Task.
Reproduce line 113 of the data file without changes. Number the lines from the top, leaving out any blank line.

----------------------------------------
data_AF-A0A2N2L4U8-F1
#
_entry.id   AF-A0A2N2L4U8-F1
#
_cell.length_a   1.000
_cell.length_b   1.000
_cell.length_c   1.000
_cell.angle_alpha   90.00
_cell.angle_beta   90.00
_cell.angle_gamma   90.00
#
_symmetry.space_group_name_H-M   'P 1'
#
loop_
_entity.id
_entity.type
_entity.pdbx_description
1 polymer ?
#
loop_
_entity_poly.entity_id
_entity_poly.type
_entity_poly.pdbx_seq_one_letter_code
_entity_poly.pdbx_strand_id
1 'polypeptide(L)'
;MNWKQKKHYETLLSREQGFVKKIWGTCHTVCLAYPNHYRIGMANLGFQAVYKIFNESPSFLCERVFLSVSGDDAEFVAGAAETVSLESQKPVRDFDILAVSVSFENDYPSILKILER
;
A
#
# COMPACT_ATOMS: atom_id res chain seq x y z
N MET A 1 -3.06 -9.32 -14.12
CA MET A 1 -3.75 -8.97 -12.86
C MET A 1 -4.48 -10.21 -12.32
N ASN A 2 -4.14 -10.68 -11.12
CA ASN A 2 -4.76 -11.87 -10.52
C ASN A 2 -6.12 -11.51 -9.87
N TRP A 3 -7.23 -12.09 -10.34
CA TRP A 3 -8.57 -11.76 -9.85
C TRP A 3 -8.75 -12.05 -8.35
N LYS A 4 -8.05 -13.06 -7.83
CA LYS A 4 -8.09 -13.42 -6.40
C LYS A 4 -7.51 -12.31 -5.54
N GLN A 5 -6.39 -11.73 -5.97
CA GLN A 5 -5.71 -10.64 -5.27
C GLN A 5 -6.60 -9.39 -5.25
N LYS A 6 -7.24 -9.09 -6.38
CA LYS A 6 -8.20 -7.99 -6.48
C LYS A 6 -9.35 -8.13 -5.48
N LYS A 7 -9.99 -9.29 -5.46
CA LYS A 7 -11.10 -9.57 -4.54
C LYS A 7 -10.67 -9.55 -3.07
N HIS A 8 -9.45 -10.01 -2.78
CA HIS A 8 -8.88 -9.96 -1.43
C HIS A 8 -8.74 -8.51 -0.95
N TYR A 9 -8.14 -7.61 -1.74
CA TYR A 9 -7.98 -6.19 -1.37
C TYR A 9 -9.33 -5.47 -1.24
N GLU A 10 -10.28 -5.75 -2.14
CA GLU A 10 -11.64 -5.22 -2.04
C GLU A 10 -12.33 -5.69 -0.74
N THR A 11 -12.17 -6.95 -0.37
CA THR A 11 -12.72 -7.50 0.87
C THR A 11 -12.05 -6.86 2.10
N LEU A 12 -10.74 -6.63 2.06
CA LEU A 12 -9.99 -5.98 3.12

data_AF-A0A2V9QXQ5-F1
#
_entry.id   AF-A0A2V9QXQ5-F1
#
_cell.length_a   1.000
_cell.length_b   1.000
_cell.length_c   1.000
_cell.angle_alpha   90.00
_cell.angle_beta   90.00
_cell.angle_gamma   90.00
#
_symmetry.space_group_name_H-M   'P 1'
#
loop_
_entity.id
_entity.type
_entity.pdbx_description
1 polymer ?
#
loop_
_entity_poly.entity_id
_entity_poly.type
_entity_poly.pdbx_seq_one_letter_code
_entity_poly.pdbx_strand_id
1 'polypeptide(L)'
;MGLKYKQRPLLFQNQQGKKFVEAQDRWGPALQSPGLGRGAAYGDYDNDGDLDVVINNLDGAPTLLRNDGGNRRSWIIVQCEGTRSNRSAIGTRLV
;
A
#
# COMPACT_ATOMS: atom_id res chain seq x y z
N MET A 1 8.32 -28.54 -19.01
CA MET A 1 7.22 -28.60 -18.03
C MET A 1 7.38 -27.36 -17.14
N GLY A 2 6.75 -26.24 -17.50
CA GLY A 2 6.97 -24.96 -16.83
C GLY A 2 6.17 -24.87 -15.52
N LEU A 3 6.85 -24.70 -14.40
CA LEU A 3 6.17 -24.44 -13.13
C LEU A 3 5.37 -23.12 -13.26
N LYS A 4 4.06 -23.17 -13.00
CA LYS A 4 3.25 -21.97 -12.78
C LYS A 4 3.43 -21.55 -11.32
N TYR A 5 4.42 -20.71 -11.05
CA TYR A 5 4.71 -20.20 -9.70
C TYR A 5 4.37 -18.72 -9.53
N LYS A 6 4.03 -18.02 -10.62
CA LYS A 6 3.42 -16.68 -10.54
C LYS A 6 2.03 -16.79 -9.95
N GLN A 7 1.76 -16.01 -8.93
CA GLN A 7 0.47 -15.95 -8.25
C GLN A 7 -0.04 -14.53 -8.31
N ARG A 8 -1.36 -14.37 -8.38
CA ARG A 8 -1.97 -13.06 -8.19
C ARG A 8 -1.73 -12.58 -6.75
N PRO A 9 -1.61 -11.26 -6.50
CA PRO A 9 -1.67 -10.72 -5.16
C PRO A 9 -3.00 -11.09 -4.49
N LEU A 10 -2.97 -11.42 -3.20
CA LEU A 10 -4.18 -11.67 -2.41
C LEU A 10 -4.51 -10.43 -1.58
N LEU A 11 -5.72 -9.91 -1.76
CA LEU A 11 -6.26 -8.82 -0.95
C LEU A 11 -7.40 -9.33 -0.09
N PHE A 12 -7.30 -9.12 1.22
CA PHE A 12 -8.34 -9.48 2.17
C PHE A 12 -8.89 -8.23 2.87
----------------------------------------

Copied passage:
C LYS A 6 2.03 -16.79 -9.95